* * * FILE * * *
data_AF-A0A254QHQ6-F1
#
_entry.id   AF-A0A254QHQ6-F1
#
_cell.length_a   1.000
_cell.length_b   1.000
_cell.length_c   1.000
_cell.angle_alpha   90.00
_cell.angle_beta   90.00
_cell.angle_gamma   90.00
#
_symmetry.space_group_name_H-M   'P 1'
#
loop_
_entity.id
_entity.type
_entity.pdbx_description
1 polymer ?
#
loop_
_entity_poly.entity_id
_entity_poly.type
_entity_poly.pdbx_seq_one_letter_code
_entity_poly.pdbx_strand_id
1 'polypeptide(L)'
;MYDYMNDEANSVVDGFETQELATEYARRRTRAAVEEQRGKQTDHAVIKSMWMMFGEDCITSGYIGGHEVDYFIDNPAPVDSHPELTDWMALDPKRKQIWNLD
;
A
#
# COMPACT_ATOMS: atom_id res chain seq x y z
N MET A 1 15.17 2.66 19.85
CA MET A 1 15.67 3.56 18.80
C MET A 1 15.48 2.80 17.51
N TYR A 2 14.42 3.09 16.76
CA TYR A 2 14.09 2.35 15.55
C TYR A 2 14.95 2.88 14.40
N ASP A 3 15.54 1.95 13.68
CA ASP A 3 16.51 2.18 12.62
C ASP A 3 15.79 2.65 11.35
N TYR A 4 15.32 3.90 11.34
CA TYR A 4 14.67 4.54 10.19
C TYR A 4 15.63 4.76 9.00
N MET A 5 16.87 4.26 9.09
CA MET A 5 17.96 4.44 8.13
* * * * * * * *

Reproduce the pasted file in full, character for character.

data_AF-A0A254QHQ6-F1
#
_entry.id   AF-A0A254QHQ6-F1
#
_cell.length_a   1.000
_cell.length_b   1.000
_cell.length_c   1.000
_cell.angle_alpha   90.00
_cell.angle_beta   90.00
_cell.angle_gamma   90.00
#
_symmetry.space_group_name_H-M   'P 1'
#
loop_
_entity.id
_entity.type
_entity.pdbx_description
1 polymer ?
#
loop_
_entity_poly.entity_id
_entity_poly.type
_entity_poly.pdbx_seq_one_letter_code
_entity_poly.pdbx_strand_id
1 'polypeptide(L)'
;MYDYMNDEANSVVDGFETQELATEYARRRTRAAVEEQRGKQTDHAVIKSMWMMFGEDCITSGYIGGHEVDYFIDNPAPVDSHPELTDWMALDPKRKQIWNLD
;
A
#
# COMPACT_ATOMS: atom_id res chain seq x y z
N MET A 1 15.17 2.66 19.85
CA MET A 1 15.67 3.56 18.80
C MET A 1 15.48 2.80 17.51
N TYR A 2 14.42 3.09 16.76
CA TYR A 2 14.09 2.35 15.55
C TYR A 2 14.95 2.88 14.40
N ASP A 3 15.54 1.95 13.68
CA ASP A 3 16.51 2.18 12.62
C ASP A 3 15.79 2.65 11.35
N TYR A 4 15.32 3.90 11.34
CA TYR A 4 14.67 4.54 10.19
C TYR A 4 15.63 4.76 9.00
N MET A 5 16.87 4.26 9.09
CA MET A 5 17.96 4.44 8.13